Palliative care is end-of-life care focused on making the very ill more comfortable in their final days. This type of care can prolong survival and improve a patient’s quality of life. It can also provide some relief to families struggling with seeing their loved one suffer.
So why are some populations less likely to receive that care than their counterparts? A new study from Brigham and Women’s Hospital in Boston sought to answer that question through retrospective analysis.
“We knew that black and Hispanic cancer patients receive palliative care at lower rates than white patients, but until now, we didn’t know why“ Alexander P. Cole from the division of urological surgery from Brigham and Women’s said of the study. When identifying the source of this disparity, a multitude of possible factors makes it difficult for researchers to pinpoint any one cause.
In the study, researchers found some hospitals providing palliative care at only two thirds the rate of other hospitals. Researchers also found that the hospitals lacking in providing care tend to disproportionately treat minorities. “We find that the site of care seems to be a key determinant of whether or not someone receives palliative care” said co-author Quoc-Dien Trinh.
For the study, researchers conducted a registry-based analysis of adults diagnosed with four types of spreading, cancer. They pulled their data from the participant use files of the National Cancer Database (NCBD.) Patients were men and women over 40 years old with prostate, lung, colon and breast cancers. Researchers measured how often patients received palliative care such as pain management, surgical treatment, and radiation therapy.
Then researchers defined hospitals as minority-serving or non-minority serving. This revealed that 21.7% of patients with metastatic cancer received palliative care. Of those, 22.5% were white, 20% were black, and only 15.9% were Hispanic. After making adjustments for variables, the team concluded that minority-serving hospitals were only two thirds as likely as non-minority serving hospitals to provide palliative care to patients, regardless of the patient’s race or ethnicity.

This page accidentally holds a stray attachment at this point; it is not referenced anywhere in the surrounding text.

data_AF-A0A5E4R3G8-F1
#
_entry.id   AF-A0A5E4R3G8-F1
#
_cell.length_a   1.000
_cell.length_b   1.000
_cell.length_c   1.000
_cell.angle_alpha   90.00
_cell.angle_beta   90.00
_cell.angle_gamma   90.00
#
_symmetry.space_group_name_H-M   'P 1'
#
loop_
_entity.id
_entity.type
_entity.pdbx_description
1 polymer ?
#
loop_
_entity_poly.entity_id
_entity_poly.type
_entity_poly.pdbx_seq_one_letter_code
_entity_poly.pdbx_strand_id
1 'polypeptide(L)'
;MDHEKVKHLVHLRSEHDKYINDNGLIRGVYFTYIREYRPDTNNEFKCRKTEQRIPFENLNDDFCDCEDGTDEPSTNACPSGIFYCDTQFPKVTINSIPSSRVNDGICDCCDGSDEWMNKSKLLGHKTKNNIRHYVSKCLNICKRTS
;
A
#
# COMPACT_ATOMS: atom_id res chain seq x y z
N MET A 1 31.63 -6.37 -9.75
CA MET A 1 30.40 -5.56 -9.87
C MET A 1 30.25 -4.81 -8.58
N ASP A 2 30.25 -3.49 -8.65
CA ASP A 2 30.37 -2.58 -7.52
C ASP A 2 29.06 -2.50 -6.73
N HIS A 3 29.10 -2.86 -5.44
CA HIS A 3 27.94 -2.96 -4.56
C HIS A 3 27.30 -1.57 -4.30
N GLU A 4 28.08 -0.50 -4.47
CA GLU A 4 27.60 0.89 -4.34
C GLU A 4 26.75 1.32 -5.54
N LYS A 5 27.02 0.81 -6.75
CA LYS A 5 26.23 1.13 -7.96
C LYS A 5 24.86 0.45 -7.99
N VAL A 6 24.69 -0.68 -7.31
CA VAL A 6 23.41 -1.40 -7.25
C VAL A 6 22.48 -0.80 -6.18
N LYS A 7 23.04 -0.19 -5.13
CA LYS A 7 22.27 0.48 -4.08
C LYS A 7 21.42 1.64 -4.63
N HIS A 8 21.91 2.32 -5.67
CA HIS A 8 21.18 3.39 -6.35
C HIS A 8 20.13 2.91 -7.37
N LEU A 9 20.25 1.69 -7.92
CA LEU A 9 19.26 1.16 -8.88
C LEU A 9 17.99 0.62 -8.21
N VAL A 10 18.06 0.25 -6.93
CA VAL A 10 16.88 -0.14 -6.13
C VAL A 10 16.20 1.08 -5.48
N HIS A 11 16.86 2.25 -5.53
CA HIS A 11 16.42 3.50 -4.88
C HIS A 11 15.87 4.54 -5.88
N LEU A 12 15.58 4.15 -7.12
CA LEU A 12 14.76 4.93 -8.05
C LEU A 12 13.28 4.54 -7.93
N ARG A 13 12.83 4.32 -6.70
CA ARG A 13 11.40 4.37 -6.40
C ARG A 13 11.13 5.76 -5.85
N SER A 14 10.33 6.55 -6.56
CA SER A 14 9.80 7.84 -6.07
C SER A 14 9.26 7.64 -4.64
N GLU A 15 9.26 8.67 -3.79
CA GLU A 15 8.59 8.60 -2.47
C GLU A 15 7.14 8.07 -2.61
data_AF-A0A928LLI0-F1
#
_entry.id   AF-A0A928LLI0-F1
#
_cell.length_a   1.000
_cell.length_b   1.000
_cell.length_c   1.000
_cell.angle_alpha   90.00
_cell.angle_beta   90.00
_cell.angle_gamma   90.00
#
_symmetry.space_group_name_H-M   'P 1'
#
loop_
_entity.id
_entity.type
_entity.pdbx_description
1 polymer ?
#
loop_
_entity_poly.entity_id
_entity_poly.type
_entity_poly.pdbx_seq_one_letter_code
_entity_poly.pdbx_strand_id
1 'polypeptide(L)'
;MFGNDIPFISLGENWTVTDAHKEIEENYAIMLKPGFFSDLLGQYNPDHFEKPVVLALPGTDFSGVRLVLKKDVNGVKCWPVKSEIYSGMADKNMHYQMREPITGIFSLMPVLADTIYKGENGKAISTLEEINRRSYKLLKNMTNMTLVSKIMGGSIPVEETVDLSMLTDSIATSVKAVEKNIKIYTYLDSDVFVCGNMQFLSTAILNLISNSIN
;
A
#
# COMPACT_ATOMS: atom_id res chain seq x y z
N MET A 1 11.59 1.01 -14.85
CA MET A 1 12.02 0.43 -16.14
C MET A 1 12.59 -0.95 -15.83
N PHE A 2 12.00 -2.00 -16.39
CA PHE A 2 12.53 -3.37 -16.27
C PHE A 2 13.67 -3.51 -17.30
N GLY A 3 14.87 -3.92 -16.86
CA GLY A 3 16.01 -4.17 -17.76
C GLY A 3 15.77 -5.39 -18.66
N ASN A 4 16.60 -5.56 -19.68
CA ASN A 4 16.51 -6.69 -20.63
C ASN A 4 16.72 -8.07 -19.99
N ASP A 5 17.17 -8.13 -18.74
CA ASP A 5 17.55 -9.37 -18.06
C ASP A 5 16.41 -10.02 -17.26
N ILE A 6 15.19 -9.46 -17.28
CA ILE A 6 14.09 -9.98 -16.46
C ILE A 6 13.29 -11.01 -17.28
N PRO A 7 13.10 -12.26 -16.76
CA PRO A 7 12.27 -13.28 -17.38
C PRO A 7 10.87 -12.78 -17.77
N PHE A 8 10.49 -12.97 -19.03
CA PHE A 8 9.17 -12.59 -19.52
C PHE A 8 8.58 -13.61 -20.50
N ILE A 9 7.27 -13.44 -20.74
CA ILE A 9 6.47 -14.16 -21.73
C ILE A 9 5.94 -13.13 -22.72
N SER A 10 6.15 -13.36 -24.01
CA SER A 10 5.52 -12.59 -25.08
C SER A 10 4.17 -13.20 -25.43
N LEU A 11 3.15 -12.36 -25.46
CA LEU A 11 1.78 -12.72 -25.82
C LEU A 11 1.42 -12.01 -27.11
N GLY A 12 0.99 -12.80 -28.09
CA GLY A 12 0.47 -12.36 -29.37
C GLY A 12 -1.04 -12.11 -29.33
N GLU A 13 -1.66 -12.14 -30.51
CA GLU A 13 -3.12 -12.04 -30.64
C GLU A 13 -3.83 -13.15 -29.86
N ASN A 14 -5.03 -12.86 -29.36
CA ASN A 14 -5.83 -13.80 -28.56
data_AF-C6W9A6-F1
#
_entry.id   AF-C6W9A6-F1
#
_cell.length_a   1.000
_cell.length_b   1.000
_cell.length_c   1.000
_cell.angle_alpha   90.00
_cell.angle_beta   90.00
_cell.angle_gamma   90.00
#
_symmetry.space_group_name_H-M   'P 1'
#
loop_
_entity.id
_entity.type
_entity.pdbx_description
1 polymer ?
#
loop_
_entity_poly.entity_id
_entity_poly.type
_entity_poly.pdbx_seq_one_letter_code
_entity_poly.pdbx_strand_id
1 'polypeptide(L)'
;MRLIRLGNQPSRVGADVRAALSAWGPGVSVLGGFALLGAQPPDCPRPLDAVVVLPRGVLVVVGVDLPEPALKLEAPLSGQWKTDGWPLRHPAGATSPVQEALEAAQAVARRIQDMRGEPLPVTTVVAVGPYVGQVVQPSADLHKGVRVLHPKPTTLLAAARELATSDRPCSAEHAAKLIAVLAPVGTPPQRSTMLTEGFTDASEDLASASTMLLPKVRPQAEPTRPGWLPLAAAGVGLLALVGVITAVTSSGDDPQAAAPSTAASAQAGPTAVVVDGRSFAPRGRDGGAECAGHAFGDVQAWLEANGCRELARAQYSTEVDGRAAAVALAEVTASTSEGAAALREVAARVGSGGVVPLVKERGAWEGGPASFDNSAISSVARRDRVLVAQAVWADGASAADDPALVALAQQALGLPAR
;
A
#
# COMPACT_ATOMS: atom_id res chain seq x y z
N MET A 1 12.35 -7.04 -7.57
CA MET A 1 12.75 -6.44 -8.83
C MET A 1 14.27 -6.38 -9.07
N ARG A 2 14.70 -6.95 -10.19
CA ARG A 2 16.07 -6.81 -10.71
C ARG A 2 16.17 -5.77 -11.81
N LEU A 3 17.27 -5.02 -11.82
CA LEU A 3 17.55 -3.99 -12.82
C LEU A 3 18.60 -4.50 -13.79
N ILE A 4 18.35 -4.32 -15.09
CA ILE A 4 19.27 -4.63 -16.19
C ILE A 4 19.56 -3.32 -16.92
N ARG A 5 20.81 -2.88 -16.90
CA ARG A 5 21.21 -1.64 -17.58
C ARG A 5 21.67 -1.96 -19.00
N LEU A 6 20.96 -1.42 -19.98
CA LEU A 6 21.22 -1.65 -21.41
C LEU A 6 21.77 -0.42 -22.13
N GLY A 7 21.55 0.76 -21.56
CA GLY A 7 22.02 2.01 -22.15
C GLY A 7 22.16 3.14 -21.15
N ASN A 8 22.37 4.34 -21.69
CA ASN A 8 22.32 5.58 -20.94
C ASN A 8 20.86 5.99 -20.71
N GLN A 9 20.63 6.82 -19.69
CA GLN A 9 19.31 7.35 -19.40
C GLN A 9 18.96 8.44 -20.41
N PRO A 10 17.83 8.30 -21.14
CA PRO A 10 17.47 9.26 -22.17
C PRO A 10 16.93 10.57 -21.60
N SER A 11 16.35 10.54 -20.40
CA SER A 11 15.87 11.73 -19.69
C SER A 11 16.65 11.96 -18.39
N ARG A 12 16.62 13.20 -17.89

It is the mission of public health professionals to identify, study, and develop strategies to reduce these types of disparities. Not only do these disparities add to the cost of healthcare in the US overall, but they also make broad gains in healthcare challenging to implement.
Although the research for this article focused on palliative care for patients with late-stage cancer, there are a number of illnesses for which this type of care might be offered. These illnesses include heart disease, lung disease, kidney failure, dementia, AIDS and more.
The services involved are often provided by a team of doctors, nurses, dietitians, psychologists, and even massage therapists. Palliative care can start as soon as diagnosis and be provided throughout treatment.
Palliative care differs from hospice because hospice is reserved for those with less than six months to live or those who are extremely unlikely to survive further treatment while those in palliative care may improve or recover.
If you’re seeking palliative care for yourself or a loved one, know that it is most often covered by health insurance. Don’t be afraid to ask your provider about this comforting option.